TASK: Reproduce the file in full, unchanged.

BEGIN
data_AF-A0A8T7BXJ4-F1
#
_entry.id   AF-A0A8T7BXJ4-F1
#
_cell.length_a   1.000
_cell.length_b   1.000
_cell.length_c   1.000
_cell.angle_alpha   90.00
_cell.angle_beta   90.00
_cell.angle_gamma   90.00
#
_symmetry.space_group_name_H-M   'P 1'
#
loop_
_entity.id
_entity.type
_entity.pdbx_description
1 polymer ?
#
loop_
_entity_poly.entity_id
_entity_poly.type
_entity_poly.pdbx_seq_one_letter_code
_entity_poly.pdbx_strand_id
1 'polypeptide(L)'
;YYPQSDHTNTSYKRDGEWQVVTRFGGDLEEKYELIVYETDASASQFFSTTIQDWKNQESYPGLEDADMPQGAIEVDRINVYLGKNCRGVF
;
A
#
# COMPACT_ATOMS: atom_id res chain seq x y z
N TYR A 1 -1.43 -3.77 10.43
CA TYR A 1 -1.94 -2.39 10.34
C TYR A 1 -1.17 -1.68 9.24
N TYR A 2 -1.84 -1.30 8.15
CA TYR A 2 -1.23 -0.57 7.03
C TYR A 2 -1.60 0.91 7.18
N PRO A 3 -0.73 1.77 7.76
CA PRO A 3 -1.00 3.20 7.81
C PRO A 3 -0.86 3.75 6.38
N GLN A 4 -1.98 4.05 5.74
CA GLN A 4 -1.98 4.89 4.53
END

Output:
data_AF-A0A8T7BXJ4-F1
#
_entry.id   AF-A0A8T7BXJ4-F1
#
_cell.length_a   1.000
_cell.length_b   1.000
_cell.length_c   1.000
_cell.angle_alpha   90.00
_cell.angle_beta   90.00
_cell.angle_gamma   90.00
#
_symmetry.space_group_name_H-M   'P 1'
#
loop_
_entity.id
_entity.type
_entity.pdbx_description
1 polymer ?
#
loop_
_entity_poly.entity_id
_entity_poly.type
_entity_poly.pdbx_seq_one_letter_code
_entity_poly.pdbx_strand_id
1 'polypeptide(L)'
;YYPQSDHTNTSYKRDGEWQVVTRFGGDLEEKYELIVYETDASASQFFSTTIQDWKNQESYPGLEDADMPQGAIEVDRINVYLGKNCRGVF
;
A
#
# COMPACT_ATOMS: atom_id res chain seq x y z
N TYR A 1 -1.43 -3.77 10.43
CA TYR A 1 -1.94 -2.39 10.34
C TYR A 1 -1.17 -1.68 9.24
N TYR A 2 -1.84 -1.30 8.15
CA TYR A 2 -1.23 -0.57 7.03
C TYR A 2 -1.60 0.91 7.18
N PRO A 3 -0.73 1.77 7.76
CA PRO A 3 -1.00 3.20 7.81
C PRO A 3 -0.86 3.75 6.38
N GLN A 4 -1.98 4.05 5.74
CA GLN A 4 -1.98 4.89 4.53